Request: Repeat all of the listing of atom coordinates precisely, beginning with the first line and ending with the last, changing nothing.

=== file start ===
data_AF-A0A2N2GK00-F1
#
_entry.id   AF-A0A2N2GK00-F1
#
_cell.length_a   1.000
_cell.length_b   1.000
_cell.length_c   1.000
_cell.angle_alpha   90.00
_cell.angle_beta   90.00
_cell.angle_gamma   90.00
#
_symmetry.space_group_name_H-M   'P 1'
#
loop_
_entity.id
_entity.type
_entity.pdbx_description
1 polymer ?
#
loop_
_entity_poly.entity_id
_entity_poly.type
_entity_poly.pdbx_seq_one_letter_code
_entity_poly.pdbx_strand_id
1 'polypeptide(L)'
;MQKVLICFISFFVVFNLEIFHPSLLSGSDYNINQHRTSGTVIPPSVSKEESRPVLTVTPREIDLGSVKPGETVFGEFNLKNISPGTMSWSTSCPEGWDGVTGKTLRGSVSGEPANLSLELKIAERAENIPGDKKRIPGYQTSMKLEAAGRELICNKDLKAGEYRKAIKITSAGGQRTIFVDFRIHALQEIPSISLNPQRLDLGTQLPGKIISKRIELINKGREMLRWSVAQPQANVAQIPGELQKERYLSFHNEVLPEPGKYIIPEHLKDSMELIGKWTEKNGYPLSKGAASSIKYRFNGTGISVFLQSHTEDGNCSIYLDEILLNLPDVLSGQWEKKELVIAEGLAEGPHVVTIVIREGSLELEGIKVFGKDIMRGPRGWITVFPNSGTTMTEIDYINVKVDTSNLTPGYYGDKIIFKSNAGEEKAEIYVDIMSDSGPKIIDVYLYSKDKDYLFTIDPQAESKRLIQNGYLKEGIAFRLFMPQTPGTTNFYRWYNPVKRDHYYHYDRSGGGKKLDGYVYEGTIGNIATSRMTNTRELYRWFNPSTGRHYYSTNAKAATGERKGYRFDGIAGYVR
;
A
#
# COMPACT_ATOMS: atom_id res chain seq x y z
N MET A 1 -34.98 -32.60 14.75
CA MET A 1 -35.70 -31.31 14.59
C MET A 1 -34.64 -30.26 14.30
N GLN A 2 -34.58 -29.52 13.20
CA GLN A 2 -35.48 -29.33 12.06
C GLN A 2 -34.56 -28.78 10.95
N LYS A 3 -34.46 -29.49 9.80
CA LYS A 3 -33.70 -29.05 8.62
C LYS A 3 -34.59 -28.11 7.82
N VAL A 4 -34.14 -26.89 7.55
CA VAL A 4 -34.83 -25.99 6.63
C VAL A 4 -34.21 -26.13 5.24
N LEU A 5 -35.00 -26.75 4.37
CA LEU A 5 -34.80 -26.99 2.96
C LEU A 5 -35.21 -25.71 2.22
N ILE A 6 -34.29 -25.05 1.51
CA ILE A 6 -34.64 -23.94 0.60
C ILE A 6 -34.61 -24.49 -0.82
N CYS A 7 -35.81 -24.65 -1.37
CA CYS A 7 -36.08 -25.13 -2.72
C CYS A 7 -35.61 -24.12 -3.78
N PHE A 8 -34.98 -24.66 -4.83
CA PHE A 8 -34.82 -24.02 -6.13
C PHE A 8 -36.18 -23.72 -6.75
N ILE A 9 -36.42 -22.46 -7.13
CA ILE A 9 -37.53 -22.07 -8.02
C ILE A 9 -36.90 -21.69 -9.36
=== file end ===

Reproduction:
data_AF-A0A2N2GK00-F1
#
_entry.id   AF-A0A2N2GK00-F1
#
_cell.length_a   1.000
_cell.length_b   1.000
_cell.length_c   1.000
_cell.angle_alpha   90.00
_cell.angle_beta   90.00
_cell.angle_gamma   90.00
#
_symmetry.space_group_name_H-M   'P 1'
#
loop_
_entity.id
_entity.type
_entity.pdbx_description
1 polymer ?
#
loop_
_entity_poly.entity_id
_entity_poly.type
_entity_poly.pdbx_seq_one_letter_code
_entity_poly.pdbx_strand_id
1 'polypeptide(L)'
;MQKVLICFISFFVVFNLEIFHPSLLSGSDYNINQHRTSGTVIPPSVSKEESRPVLTVTPREIDLGSVKPGETVFGEFNLKNISPGTMSWSTSCPEGWDGVTGKTLRGSVSGEPANLSLELKIAERAENIPGDKKRIPGYQTSMKLEAAGRELICNKDLKAGEYRKAIKITSAGGQRTIFVDFRIHALQEIPSISLNPQRLDLGTQLPGKIISKRIELINKGREMLRWSVAQPQANVAQIPGELQKERYLSFHNEVLPEPGKYIIPEHLKDSMELIGKWTEKNGYPLSKGAASSIKYRFNGTGISVFLQSHTEDGNCSIYLDEILLNLPDVLSGQWEKKELVIAEGLAEGPHVVTIVIREGSLELEGIKVFGKDIMRGPRGWITVFPNSGTTMTEIDYINVKVDTSNLTPGYYGDKIIFKSNAGEEKAEIYVDIMSDSGPKIIDVYLYSKDKDYLFTIDPQAESKRLIQNGYLKEGIAFRLFMPQTPGTTNFYRWYNPVKRDHYYHYDRSGGGKKLDGYVYEGTIGNIATSRMTNTRELYRWFNPSTGRHYYSTNAKAATGERKGYRFDGIAGYVR
;
A
#
# COMPACT_ATOMS: atom_id res chain seq x y z
N MET A 1 -34.98 -32.60 14.75
CA MET A 1 -35.70 -31.31 14.59
C MET A 1 -34.64 -30.26 14.30
N GLN A 2 -34.58 -29.52 13.20
CA GLN A 2 -35.48 -29.33 12.06
C GLN A 2 -34.56 -28.78 10.95
N LYS A 3 -34.46 -29.49 9.80
CA LYS A 3 -33.70 -29.05 8.62
C LYS A 3 -34.59 -28.11 7.82
N VAL A 4 -34.14 -26.89 7.55
CA VAL A 4 -34.83 -25.99 6.63
C VAL A 4 -34.21 -26.13 5.24
N LEU A 5 -35.00 -26.75 4.37
CA LEU A 5 -34.80 -26.99 2.96
C LEU A 5 -35.21 -25.71 2.22
N ILE A 6 -34.29 -25.05 1.51
CA ILE A 6 -34.64 -23.94 0.60
C ILE A 6 -34.61 -24.49 -0.82
N CYS A 7 -35.81 -24.65 -1.37
CA CYS A 7 -36.08 -25.13 -2.72
C CYS A 7 -35.61 -24.12 -3.78
N PHE A 8 -34.98 -24.66 -4.83
CA PHE A 8 -34.82 -24.02 -6.13
C PHE A 8 -36.18 -23.72 -6.75
N ILE A 9 -36.42 -22.46 -7.13
CA ILE A 9 -37.53 -22.07 -8.02
C ILE A 9 -36.90 -21.69 -9.36